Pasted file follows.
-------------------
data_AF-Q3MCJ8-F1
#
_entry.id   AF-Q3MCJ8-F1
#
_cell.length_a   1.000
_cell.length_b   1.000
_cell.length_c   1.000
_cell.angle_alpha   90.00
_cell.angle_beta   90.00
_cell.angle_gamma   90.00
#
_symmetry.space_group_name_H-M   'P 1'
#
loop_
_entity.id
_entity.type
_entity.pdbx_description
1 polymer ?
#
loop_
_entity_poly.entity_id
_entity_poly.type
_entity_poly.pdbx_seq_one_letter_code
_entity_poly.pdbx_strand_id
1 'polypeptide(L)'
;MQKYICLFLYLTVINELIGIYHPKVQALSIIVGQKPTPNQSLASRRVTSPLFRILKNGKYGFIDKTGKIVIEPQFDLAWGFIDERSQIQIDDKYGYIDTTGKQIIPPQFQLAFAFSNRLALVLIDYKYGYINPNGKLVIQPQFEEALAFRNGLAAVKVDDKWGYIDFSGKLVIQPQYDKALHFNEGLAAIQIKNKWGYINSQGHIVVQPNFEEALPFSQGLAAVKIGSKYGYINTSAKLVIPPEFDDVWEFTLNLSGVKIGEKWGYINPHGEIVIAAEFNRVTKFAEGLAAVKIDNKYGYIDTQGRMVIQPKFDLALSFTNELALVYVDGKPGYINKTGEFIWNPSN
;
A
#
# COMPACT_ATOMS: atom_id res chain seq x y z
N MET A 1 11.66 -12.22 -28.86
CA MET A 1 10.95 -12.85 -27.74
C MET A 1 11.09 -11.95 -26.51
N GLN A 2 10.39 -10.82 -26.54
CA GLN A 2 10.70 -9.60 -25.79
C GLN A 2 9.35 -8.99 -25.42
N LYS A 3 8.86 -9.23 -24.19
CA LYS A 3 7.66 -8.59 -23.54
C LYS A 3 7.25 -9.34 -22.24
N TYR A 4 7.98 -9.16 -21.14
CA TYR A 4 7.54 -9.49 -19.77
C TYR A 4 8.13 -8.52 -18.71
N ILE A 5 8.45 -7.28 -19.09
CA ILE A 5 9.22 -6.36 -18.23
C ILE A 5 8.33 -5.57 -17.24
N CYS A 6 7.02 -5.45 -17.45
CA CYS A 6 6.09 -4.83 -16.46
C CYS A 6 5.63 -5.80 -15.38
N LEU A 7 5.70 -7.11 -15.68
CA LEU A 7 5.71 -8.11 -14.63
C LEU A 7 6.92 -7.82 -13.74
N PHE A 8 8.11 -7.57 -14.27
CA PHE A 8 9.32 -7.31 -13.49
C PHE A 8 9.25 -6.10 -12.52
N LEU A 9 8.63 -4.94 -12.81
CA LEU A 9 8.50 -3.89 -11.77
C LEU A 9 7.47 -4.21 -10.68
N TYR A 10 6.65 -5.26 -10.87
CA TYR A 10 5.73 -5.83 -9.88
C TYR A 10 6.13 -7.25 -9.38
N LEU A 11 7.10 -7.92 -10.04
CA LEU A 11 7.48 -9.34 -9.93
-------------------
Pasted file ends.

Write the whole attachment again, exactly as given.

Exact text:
data_AF-Q3MCJ8-F1
#
_entry.id   AF-Q3MCJ8-F1
#
_cell.length_a   1.000
_cell.length_b   1.000
_cell.length_c   1.000
_cell.angle_alpha   90.00
_cell.angle_beta   90.00
_cell.angle_gamma   90.00
#
_symmetry.space_group_name_H-M   'P 1'
#
loop_
_entity.id
_entity.type
_entity.pdbx_description
1 polymer ?
#
loop_
_entity_poly.entity_id
_entity_poly.type
_entity_poly.pdbx_seq_one_letter_code
_entity_poly.pdbx_strand_id
1 'polypeptide(L)'
;MQKYICLFLYLTVINELIGIYHPKVQALSIIVGQKPTPNQSLASRRVTSPLFRILKNGKYGFIDKTGKIVIEPQFDLAWGFIDERSQIQIDDKYGYIDTTGKQIIPPQFQLAFAFSNRLALVLIDYKYGYINPNGKLVIQPQFEEALAFRNGLAAVKVDDKWGYIDFSGKLVIQPQYDKALHFNEGLAAIQIKNKWGYINSQGHIVVQPNFEEALPFSQGLAAVKIGSKYGYINTSAKLVIPPEFDDVWEFTLNLSGVKIGEKWGYINPHGEIVIAAEFNRVTKFAEGLAAVKIDNKYGYIDTQGRMVIQPKFDLALSFTNELALVYVDGKPGYINKTGEFIWNPSN
;
A
#
# COMPACT_ATOMS: atom_id res chain seq x y z
N MET A 1 11.66 -12.22 -28.86
CA MET A 1 10.95 -12.85 -27.74
C MET A 1 11.09 -11.95 -26.51
N GLN A 2 10.39 -10.82 -26.54
CA GLN A 2 10.70 -9.60 -25.79
C GLN A 2 9.35 -8.99 -25.42
N LYS A 3 8.86 -9.23 -24.19
CA LYS A 3 7.66 -8.59 -23.54
C LYS A 3 7.25 -9.34 -22.24
N TYR A 4 7.98 -9.16 -21.14
CA TYR A 4 7.54 -9.49 -19.77
C TYR A 4 8.13 -8.52 -18.71
N ILE A 5 8.45 -7.28 -19.09
CA ILE A 5 9.22 -6.36 -18.23
C ILE A 5 8.33 -5.57 -17.24
N CYS A 6 7.02 -5.45 -17.45
CA CYS A 6 6.09 -4.83 -16.46
C CYS A 6 5.63 -5.80 -15.38
N LEU A 7 5.70 -7.11 -15.68
CA LEU A 7 5.71 -8.11 -14.63
C LEU A 7 6.92 -7.82 -13.74
N PHE A 8 8.11 -7.57 -14.27
CA PHE A 8 9.32 -7.31 -13.49
C PHE A 8 9.25 -6.10 -12.52
N LEU A 9 8.63 -4.94 -12.81
CA LEU A 9 8.50 -3.89 -11.77
C LEU A 9 7.47 -4.21 -10.68
N TYR A 10 6.65 -5.26 -10.87
CA TYR A 10 5.73 -5.83 -9.88
C TYR A 10 6.13 -7.25 -9.38
N LEU A 11 7.10 -7.92 -10.04
CA LEU A 11 7.48 -9.34 -9.93